I've been thinking about it some more since I posted this piece (and I'm not the first person to make this comparison), but it's really interesting to look at Into Darkness in comparison with Iron Man 3, which seems to come from the same template - douchebag hero who is cool because he thinks the rules don't apply to him and is rude and unpleasant to everyone - but deals with it so much better. The two films' handling of their villains are practically mirror images, with IM3 dismantling the problems with the Mandarin in a wonderful, decisive way, and arguably the crux of the entire Iron Man trio of films is to deconstruct Tony Stark's arrogance and self-absorption (he spends the third film having panic attacks, for crying out loud). I don't want to overpraise any of the Iron Man films, which are certainly not without their problems, but especially with Into Darkness and IM3 coming so close together, the comparison is instructive.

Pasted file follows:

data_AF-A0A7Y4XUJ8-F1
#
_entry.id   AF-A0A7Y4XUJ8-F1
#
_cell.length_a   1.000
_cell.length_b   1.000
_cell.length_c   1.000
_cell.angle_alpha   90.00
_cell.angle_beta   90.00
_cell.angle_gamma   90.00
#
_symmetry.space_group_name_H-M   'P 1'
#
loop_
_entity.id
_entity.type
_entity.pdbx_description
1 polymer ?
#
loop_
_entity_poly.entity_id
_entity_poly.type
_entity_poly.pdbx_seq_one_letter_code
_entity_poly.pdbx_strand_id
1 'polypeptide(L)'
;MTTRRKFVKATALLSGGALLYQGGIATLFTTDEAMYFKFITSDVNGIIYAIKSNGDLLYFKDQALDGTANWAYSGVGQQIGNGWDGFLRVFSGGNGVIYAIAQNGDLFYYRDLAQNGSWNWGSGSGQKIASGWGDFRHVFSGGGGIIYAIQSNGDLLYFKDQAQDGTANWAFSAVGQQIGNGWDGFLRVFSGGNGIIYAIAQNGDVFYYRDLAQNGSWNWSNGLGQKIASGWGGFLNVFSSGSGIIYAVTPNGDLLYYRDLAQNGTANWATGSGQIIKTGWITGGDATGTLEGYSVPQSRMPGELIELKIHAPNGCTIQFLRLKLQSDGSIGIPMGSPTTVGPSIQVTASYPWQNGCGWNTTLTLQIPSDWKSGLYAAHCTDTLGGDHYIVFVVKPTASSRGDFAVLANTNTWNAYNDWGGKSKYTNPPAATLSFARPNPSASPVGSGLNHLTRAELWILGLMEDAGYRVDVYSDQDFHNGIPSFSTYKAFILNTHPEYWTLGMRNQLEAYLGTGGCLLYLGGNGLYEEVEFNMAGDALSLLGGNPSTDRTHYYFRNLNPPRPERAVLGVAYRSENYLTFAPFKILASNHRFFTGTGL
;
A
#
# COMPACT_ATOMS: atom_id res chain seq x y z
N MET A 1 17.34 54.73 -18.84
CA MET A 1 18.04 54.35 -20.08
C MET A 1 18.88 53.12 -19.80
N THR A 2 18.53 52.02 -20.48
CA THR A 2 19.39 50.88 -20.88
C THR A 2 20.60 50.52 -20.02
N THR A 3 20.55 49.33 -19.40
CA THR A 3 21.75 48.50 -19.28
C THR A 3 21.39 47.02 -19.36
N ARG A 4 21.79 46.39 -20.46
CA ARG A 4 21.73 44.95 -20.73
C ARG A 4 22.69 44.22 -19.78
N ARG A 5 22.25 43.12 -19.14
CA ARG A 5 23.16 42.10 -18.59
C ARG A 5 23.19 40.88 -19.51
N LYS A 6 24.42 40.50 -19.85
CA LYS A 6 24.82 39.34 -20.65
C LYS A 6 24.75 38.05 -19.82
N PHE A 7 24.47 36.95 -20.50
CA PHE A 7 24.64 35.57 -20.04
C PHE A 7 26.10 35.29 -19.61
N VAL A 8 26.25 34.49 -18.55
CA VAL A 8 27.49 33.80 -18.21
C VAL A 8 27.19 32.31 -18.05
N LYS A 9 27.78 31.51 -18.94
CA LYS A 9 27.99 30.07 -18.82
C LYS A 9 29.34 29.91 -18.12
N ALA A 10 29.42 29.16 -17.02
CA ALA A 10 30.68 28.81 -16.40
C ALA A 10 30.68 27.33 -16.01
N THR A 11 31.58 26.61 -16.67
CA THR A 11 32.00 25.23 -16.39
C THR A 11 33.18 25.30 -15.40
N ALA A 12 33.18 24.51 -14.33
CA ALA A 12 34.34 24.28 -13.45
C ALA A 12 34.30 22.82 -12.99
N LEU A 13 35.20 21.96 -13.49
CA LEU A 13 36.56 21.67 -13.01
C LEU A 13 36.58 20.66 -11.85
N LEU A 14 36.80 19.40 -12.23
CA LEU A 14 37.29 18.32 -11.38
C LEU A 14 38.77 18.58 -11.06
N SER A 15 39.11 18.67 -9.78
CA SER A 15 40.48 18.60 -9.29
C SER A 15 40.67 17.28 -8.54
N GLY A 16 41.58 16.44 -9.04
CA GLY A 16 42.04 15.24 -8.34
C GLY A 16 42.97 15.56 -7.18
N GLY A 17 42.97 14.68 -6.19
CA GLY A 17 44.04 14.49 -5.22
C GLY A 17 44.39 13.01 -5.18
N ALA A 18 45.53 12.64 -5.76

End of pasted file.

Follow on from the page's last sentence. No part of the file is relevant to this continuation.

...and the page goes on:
On Voyager: you're right that TNG was my introduction to Trek, but my favorite series is DS9, and my main problem with Voyager is how unconvincingly it smooths away what should have been rich seams of character conflict. Obviously that sort of thing could be taken too far, but alongside the story about competent people working together towards a common goal, I think there's room to acknowledge that even under the best circumstances, there will be conflict. So in principle the concept of Abrams's Star Trek films should have worked for me - as I say in this review, in both films there's an opportunity to overturn the conventions of the original series in a way that could have been more interesting and more realistically human than the original. But that's not the story Abrams wants to tell, so in the end I think you may be right that even Voyager is better than this.